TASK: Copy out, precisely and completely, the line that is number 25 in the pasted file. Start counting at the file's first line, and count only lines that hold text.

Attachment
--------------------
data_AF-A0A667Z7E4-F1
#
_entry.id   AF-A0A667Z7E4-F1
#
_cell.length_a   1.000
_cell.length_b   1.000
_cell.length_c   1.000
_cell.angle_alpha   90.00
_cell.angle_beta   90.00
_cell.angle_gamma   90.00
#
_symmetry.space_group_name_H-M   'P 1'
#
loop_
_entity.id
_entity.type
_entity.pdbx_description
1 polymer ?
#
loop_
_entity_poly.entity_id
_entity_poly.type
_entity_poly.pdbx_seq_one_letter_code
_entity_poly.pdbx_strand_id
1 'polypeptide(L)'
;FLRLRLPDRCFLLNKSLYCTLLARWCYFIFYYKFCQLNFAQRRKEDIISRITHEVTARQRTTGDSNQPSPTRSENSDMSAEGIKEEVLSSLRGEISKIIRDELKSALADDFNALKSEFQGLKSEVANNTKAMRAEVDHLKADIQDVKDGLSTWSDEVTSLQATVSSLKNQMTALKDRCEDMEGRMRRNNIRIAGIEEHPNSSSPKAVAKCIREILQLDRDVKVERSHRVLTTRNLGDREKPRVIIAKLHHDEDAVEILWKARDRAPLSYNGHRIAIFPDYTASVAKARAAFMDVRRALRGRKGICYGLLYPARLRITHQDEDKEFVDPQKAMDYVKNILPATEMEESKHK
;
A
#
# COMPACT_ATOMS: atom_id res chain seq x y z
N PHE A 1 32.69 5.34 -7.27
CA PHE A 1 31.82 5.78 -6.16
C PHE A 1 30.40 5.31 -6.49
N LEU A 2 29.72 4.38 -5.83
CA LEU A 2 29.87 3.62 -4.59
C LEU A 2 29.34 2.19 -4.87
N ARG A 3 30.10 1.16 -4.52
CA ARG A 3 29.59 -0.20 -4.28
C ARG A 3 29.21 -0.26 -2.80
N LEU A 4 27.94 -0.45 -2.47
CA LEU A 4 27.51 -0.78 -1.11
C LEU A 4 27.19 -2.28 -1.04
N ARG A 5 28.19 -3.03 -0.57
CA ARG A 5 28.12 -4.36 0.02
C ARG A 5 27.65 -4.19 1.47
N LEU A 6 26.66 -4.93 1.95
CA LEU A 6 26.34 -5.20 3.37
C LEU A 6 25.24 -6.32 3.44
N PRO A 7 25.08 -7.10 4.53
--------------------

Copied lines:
1 'polypeptide(L)'